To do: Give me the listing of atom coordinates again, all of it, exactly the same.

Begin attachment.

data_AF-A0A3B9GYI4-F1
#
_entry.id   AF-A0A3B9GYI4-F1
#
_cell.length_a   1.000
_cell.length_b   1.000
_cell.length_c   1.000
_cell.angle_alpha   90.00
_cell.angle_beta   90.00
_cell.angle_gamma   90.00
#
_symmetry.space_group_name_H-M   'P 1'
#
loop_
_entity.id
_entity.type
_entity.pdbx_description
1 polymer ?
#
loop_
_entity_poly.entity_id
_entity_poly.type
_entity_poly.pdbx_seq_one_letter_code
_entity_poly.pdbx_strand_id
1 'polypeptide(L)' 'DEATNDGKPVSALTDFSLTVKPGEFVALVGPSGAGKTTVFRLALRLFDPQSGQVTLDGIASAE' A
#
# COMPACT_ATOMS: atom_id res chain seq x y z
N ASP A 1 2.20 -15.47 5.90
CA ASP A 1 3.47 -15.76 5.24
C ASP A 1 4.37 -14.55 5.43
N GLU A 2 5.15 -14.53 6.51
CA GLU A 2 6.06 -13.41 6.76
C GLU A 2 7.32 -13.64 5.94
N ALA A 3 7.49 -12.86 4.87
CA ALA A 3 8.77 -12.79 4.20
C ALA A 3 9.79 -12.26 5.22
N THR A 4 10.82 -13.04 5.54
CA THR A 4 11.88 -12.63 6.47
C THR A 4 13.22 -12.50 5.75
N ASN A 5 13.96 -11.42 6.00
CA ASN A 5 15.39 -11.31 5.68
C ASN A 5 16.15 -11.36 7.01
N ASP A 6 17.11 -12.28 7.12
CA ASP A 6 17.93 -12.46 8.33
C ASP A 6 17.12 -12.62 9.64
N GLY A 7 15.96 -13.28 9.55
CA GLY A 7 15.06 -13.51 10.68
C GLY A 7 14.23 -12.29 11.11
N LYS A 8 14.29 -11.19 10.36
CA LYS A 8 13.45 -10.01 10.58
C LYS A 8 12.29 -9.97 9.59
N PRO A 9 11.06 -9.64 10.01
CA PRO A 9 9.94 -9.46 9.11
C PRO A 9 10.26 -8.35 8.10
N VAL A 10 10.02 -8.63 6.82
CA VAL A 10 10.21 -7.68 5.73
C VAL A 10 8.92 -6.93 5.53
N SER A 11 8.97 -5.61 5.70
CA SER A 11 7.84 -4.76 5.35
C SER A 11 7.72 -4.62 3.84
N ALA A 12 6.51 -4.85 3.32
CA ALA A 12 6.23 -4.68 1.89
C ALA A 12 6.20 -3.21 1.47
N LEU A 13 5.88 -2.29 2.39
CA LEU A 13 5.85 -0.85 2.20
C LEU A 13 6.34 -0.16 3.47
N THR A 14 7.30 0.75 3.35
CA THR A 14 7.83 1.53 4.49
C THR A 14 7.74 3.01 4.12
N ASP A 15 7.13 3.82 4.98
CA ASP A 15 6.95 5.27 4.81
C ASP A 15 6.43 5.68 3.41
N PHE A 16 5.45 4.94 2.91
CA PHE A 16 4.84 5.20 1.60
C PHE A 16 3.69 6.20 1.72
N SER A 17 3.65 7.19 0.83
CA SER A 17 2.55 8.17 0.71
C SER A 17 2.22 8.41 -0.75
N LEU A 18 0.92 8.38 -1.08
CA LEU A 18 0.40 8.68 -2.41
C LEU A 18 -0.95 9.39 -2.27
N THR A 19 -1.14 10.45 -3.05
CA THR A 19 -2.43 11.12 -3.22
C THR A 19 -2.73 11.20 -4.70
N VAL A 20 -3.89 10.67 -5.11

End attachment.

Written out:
data_AF-A0A3B9GYI4-F1
#
_entry.id   AF-A0A3B9GYI4-F1
#
_cell.length_a   1.000
_cell.length_b   1.000
_cell.length_c   1.000
_cell.angle_alpha   90.00
_cell.angle_beta   90.00
_cell.angle_gamma   90.00
#
_symmetry.space_group_name_H-M   'P 1'
#
loop_
_entity.id
_entity.type
_entity.pdbx_description
1 polymer ?
#
loop_
_entity_poly.entity_id
_entity_poly.type
_entity_poly.pdbx_seq_one_letter_code
_entity_poly.pdbx_strand_id
1 'polypeptide(L)' 'DEATNDGKPVSALTDFSLTVKPGEFVALVGPSGAGKTTVFRLALRLFDPQSGQVTLDGIASAE' A
#
# COMPACT_ATOMS: atom_id res chain seq x y z
N ASP A 1 2.20 -15.47 5.90
CA ASP A 1 3.47 -15.76 5.24
C ASP A 1 4.37 -14.55 5.43
N GLU A 2 5.15 -14.53 6.51
CA GLU A 2 6.06 -13.41 6.76
C GLU A 2 7.32 -13.64 5.94
N ALA A 3 7.49 -12.86 4.87
CA ALA A 3 8.77 -12.79 4.20
C ALA A 3 9.79 -12.26 5.22
N THR A 4 10.82 -13.04 5.54
CA THR A 4 11.88 -12.63 6.47
C THR A 4 13.22 -12.50 5.75
N ASN A 5 13.96 -11.42 6.00
CA ASN A 5 15.39 -11.31 5.68
C ASN A 5 16.15 -11.36 7.01
N ASP A 6 17.11 -12.28 7.12
CA ASP A 6 17.93 -12.46 8.33
C ASP A 6 17.12 -12.62 9.64
N GLY A 7 15.96 -13.28 9.55
CA GLY A 7 15.06 -13.51 10.68
C GLY A 7 14.23 -12.29 11.11
N LYS A 8 14.29 -11.19 10.36
CA LYS A 8 13.45 -10.01 10.58
C LYS A 8 12.29 -9.97 9.59
N PRO A 9 11.06 -9.64 10.01
CA PRO A 9 9.94 -9.46 9.11
C PRO A 9 10.26 -8.35 8.10
N VAL A 10 10.02 -8.63 6.82
CA VAL A 10 10.21 -7.68 5.73
C VAL A 10 8.92 -6.93 5.53
N SER A 11 8.97 -5.61 5.70
CA SER A 11 7.84 -4.76 5.35
C SER A 11 7.72 -4.62 3.84
N ALA A 12 6.51 -4.85 3.32
CA ALA A 12 6.23 -4.68 1.89
C ALA A 12 6.20 -3.21 1.47
N LEU A 13 5.88 -2.29 2.39
CA LEU A 13 5.85 -0.85 2.20
C LEU A 13 6.34 -0.16 3.47
N THR A 14 7.30 0.75 3.35
CA THR A 14 7.83 1.53 4.49
C THR A 14 7.74 3.01 4.12
N ASP A 15 7.13 3.82 4.98
CA ASP A 15 6.95 5.27 4.81
C ASP A 15 6.43 5.68 3.41
N PHE A 16 5.45 4.94 2.91
CA PHE A 16 4.84 5.20 1.60
C PHE A 16 3.69 6.20 1.72
N SER A 17 3.65 7.19 0.83
CA SER A 17 2.55 8.17 0.71
C SER A 17 2.22 8.41 -0.75
N LEU A 18 0.92 8.38 -1.08
CA LEU A 18 0.40 8.68 -2.41
C LEU A 18 -0.95 9.39 -2.27
N THR A 19 -1.14 10.45 -3.05
CA THR A 19 -2.43 11.12 -3.22
C THR A 19 -2.73 11.20 -4.70
N VAL A 20 -3.89 10.67 -5.11